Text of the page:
The aim is to “help consumers to achieve a fair deal from the financial services industry and have confidence in the products they buy and in the advice they take”. All very laudable and not an issue that anybody can take umbrage with.
The FSA says the current business model is bust so let us search for the problems and flush out some alternative answers.
I am aware of the apocryphal tales of advisers taking upwards of 6 per cent commission on £600,000 investment bonds and of cowboy sales outfits churning their client base with 8 per cent commission on single-premium pensions.
Is commission the problem or is it the individual advisers? Many advisers take the same 3 per cent on bonds as is generally paid on Isas and unit trusts, so the problem would appear to be with the individual advisers rather than the method of remuneration. If so, it is a regulatory issue and one where it would seem that the FSA is found wanting.
Many advisers have long argued for a cap on comm-ission so that the bias argu-ment becomes blunted. This, together with a more focused approach by the regulator, offers a fundamentally sounder step forward than the proposed upheaval suggested within the RDR. After all, the regulator can easily police the matter of high commission by ensuring that the providers provide information on firms’ commission levels in the same way that they currently advise on clawback issues.
Identifying what constitutes misselling is an article in itself. Suffice to say that, in general, complaints to the Financial Ombudsman Service have typically been 42 per cent about insurers, 33 per cent about banks/ building societies and 13 per cent about IFAs.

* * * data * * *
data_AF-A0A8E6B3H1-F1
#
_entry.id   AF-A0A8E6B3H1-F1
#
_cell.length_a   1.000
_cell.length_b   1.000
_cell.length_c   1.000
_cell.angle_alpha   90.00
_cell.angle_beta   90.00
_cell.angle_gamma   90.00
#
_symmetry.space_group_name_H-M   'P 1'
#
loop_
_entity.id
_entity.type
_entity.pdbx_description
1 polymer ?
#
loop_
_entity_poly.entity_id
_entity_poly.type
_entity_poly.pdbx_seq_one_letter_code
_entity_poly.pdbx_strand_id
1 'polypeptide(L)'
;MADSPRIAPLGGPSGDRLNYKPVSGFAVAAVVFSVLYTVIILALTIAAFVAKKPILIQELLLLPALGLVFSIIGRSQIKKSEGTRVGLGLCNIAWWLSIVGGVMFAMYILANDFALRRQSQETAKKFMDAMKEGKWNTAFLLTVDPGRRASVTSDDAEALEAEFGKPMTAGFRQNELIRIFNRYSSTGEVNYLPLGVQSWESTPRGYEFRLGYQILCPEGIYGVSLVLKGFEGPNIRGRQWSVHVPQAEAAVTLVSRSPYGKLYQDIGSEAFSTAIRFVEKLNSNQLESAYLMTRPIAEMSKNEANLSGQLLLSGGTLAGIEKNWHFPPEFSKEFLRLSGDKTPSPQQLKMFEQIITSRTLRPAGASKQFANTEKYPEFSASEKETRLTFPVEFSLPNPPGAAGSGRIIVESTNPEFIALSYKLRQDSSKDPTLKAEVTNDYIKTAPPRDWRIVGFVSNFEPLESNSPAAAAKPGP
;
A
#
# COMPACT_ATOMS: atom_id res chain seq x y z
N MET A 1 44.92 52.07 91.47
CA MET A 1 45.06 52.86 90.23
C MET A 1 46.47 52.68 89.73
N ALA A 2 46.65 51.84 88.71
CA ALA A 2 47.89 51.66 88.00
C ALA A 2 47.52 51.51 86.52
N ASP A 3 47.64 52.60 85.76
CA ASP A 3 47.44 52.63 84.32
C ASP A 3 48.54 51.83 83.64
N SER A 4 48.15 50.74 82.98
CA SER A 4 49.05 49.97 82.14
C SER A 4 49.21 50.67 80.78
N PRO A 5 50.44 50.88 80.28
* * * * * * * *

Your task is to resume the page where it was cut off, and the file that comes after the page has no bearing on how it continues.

Given that the above facts have been gleaned from the last three annual ombudsman reports, it paints a detailed picture highlighting that IFAs enjoy far better and healthier relationships with their clients and suffer far fewer complaints than these alternative distribution channels. Why is it then that the IFA model is under threat while virgin consumer fields are being opened up to the mooted primary advice model which has been designated for bank and insurer use?
The risk and reward model is being turned on its head. Recent events such as the bank charges’ fiasco and the inappropriate selling of PPI plans point the finger at the most glaring examples of potential misadvice. On this factual basis, it is the non-IFA channels which are deserving of the closest scrutiny.
One of the RDR’s stated aims is to reduce what is called the protection, retirement and savings gaps. Have these gaps widened because of product design, lack of trust and an inability to understand the concepts, as suggested? Might it be that consumer apathy is to blame? Might the pension gap be down to a mix of the recent market crash and the introduction of stakeholder pensions, which failed to interest investors and failed to incentivise advisers? Could it be that the nanny state mentality, with its blend of pension credits and council tax rebates, has financially anaesthetised a sizeable section of consumers who feel that inaction is the best course? Another factor could be the shock-horror stories which various financial journalists love to publish. Most are negative regarding the financial services industry and over time this negativity may have seeped into the collective unconscious, making it less likely that consumers will seek out advice or products.
To paraphrase poet Pete Morgan, our enemies have sweet voices and it seems that almost any outrageous proposal gains some degree of credence if it first waves the flag of consumer protection. Look beneath the plausible phrases and the unproven assumptions. When you uncover the facts, they tell another story.
Alan Lakey is director of Highclere Financial Services